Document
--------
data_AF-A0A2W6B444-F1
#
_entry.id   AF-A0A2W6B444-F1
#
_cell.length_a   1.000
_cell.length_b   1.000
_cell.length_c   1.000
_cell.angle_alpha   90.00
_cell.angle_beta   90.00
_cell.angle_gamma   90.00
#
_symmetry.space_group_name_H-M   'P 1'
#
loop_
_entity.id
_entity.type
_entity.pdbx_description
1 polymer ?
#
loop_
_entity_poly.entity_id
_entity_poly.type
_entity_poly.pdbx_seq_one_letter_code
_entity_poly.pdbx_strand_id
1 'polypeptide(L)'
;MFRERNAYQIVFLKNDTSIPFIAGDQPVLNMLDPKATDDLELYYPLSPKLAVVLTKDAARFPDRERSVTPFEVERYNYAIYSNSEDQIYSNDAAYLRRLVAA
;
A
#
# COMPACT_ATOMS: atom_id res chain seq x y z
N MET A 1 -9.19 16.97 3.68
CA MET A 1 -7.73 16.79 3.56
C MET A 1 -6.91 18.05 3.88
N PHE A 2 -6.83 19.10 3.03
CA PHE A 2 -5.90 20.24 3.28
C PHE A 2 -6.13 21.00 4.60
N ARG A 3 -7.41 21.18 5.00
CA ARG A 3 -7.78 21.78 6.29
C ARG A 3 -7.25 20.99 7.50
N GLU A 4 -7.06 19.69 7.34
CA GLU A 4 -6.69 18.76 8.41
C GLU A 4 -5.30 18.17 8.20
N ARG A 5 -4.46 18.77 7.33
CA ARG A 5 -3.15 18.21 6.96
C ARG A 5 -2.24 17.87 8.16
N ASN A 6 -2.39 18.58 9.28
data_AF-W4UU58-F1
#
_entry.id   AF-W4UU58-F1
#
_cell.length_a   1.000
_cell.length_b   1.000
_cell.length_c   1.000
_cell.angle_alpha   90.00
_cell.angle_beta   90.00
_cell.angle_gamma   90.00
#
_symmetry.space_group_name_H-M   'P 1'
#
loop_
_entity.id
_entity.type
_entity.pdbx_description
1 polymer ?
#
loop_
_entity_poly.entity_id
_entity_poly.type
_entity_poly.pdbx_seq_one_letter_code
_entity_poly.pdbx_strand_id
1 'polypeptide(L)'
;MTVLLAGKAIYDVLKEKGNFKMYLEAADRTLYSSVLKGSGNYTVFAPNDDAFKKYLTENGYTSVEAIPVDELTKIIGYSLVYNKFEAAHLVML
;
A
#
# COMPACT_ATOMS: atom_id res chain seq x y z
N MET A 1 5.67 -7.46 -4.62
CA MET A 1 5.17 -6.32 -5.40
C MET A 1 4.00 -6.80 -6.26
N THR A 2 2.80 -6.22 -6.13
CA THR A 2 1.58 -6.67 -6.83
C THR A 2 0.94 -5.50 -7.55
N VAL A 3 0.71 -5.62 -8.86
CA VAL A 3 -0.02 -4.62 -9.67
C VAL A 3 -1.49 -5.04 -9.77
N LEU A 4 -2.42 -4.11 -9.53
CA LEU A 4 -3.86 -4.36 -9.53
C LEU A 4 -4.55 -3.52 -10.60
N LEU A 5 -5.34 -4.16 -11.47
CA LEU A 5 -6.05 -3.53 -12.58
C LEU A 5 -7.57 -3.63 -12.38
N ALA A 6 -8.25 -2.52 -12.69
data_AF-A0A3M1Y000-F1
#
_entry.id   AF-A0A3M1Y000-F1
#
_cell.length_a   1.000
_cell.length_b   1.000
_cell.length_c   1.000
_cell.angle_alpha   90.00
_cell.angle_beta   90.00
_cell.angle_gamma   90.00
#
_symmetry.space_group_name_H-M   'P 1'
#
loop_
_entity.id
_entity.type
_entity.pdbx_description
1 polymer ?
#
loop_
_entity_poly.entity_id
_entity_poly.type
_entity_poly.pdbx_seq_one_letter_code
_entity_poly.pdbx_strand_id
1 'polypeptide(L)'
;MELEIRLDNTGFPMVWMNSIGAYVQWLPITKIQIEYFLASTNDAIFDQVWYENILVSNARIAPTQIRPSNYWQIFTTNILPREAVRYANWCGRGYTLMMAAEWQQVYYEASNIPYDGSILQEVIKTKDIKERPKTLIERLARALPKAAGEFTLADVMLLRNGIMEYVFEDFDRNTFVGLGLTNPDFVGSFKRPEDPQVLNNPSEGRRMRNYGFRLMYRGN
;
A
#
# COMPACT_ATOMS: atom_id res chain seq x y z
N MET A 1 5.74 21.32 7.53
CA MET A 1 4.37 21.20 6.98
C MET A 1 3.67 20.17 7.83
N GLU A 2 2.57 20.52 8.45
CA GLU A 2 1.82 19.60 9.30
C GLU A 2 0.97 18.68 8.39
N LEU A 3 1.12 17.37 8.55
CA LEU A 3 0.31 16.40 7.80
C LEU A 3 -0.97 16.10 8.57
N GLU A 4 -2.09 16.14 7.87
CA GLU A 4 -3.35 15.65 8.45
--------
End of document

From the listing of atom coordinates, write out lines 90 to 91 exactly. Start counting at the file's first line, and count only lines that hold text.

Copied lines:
CA LEU A 5 -6.05 -3.53 -12.58
C LEU A 5 -7.57 -3.63 -12.38